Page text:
In Shesh Nath Singh vs. State of Bihar[11], it was observed that “Satisfaction of the licensing authority is justifiable. But the High Court acting under writ jurisdiction cannot examine sufficiency of reasons for cancellation of license.”

In  Indrajit Singh vs. State of U.P.[12], it was held that cancellation of license not mentioned in the show-cause notice is illegal. In Tale Singh Yadav vs. State of U.P.[13], it was held that arms license can be revoke without show-cause notice but a post decisional hearing must be provided.

In case of Madhurerendra Kumar Singh vs. State of Bihar[14], it was held that the Commissioner had no right to issue directions to the licensing authority to cancel or suspend a license.

Powers and Punishments: Any Police officer or any officer empowered by Central Govt. may ask for the license of the person carrying the arms, in case of suspicion he may forfeit the  arms or arrest the person too, this power is also given to the public servants or any person employed in Railways, Aircraft or any vessel, the unlawful manufacturing and selling of firearms attracts punishment of 3 years which may extent upto 7 years imprisonment along with fine, punishment of possession of prohibited arms may extend from 5 to 10 years with fine, one who causes death by using such weapons shall be punished with death penalty[15], one who knowingly buys arms from the person who is not authorized to sell them may face imprisonment upto 3 years with fine.

Critical Comments

Efficacy of the Act: The Arms Act tries to control and prohibit the use of illegal arms and ammunitions, but if the statistics from various sources are considered then, it is evident that it has failed miserably in doing so. According to the data total number of guns owned in India, including both licit and illicit is roughly around 40,000,000 out of 650 million civilian guns owned worldwide. About 6.3 million firearms out of this 40 million are registered or licensed which amounts to almost 15% of total guns, which draws the attention to the fact that there are almost 33.7 millions unregistered guns which are predominantly used for the murder related crimes[16]. So what can be concluded is that though the provisions made are strict but their implication is not taking place in a proper way and some of the provisions need to be stricter like imposition of fines.

Right to carry Arms: There seems to be an unclear position with regards to the right related to carry arms, different courts have interpreted the rights in different ways, The Allahabad High Court in Ganesh Chandra Bhatt vs. D.M. Almora, observed that the right to bear arms is embedded in the Article 21 of Indian Constitution and hence is a fundamental right. It also went on to state that as all rights are subject to reasonable restrictions same is the case with right to bear arms, but reasonability of the restrictions should be judged from the present condition.

Whereas the Patna High Court in the case of Kapildeo Singh vs. State of Bihar[17], held that there is no right to carry arms under the Indian law. Grant of license to carry arms is upon the discretion of the licensing authority.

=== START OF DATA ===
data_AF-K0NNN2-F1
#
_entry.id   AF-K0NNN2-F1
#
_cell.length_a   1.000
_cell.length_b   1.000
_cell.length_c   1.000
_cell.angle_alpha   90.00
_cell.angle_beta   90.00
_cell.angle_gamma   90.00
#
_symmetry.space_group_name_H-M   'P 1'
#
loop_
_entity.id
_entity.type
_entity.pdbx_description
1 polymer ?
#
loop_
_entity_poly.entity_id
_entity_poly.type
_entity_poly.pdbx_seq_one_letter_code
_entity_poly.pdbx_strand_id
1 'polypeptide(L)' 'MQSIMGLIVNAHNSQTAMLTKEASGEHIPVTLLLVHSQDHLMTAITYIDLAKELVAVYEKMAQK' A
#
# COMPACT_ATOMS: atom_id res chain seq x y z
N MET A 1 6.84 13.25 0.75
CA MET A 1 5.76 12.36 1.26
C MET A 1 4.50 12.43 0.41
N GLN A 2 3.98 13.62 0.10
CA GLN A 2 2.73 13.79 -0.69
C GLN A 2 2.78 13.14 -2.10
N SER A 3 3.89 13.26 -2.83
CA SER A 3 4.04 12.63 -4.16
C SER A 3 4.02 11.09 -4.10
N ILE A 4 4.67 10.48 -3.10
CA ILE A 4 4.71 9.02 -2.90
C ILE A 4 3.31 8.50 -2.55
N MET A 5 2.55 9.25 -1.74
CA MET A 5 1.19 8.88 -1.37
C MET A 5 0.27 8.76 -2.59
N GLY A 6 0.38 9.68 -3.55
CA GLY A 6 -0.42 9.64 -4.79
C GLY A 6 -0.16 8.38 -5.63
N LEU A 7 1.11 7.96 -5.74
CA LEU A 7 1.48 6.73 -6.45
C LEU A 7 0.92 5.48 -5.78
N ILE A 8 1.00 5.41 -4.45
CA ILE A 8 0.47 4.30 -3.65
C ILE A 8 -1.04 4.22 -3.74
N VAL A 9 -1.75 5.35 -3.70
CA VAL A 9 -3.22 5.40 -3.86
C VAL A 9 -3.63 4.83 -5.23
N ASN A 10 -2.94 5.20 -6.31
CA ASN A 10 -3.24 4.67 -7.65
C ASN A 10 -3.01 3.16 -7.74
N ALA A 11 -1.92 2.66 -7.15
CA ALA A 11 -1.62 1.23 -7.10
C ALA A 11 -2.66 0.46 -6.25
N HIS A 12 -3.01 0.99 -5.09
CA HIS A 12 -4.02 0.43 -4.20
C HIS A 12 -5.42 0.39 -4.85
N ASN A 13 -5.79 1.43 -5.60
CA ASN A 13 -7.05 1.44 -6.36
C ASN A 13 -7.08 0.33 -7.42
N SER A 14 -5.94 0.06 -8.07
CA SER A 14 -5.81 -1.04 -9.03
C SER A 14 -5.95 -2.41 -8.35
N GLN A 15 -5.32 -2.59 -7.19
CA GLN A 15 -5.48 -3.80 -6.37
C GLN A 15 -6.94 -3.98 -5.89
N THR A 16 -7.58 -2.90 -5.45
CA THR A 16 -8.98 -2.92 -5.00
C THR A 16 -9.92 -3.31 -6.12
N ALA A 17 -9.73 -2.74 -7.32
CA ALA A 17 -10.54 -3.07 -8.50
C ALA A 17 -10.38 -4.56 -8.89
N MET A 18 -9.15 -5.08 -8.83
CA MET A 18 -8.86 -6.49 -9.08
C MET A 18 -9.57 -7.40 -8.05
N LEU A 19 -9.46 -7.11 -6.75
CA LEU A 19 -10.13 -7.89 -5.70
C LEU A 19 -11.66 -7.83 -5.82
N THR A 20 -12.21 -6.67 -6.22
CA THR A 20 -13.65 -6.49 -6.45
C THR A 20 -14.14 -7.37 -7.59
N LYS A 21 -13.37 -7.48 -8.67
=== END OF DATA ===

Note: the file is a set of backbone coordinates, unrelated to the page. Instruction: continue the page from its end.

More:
There is a need of clear opinion upon the very nature of the right, whether it be judicial or legislative opinion. Though it may be easy for one to argue that the right should be considered a fundamental right as Right to life also includes the right to protect one’s life and in cases of peril that arms carried may prove a vital element to one trying to save his life, but as every right is this should also be subjected to reasonable restrictions.

Unfit for license under Section 14: The term unfit for license as used Section 14(1)(i)(3) does not clearly defines who are the person who fall under this category and it is purely upon the interpretation of the licensing authorities whom they deem fit and whom they deem unfit, thus one can easily imagine that there may arise certain cases where the licensing authority of one state may deem it fit to grant license to a person whereas the person with same mental and all other attributes is refused license in another part of the country. This creates an ambiguity, a more proper approach can be that in cases of non prohibited arms the application should be allowed if test of Section 9 is followed. Licenses should not be allowed only in cases where the person is liable of serious crimes.

The arms related laws are different for every country as the historical background and societal needs were different for different societies which lead to development of their Arms Laws, for example the Gun Laws in U.S.A. are more liberal as in earlier times firearms were needed by people to protect themselves during Civil War and also from tribal attacks whereas in India the laws were made so strict so as not even to allow Indian to carry Arms in pre-independence times to stop people from going against established British government which later was changed with the need of the time, but, the present times again call for a change in the Arms Laws of the country, the provisions and punishment for their contravention should be made more strict along with a change in implementation of laws too, so as to curb menace of unregistered and illegally made country arms.


[2](1972) 2 SCR 668

[3] 1992 CriLJ 55 (Del).

[4] (1994) 4 SCC 365.

[5] Section 8, The Arms Act 1959.

[6] The  Arms Rules, 1962, Schedule I- Category I(b) & I(c)



[9] (1993) 21 ALR 300.

[10] Section 9, The Arms Act 1959.

[11] 1985 CriLJ 1601 (Pat.)

[12] 1991 All LJ 553.

[13] 1998 Cri LJ 2842 (All).

[14] (1995) 2 Crimes 117 (Pat) (DB).

[15] The Arms Act 1959, Section 27.

[16] Ref Kohli, Anil, Aaron Karp and Sonal Marwah. 2011. ‘The Geography of Indian Firearm Fatalities.

[17] 1987 PLJR 385 (FB)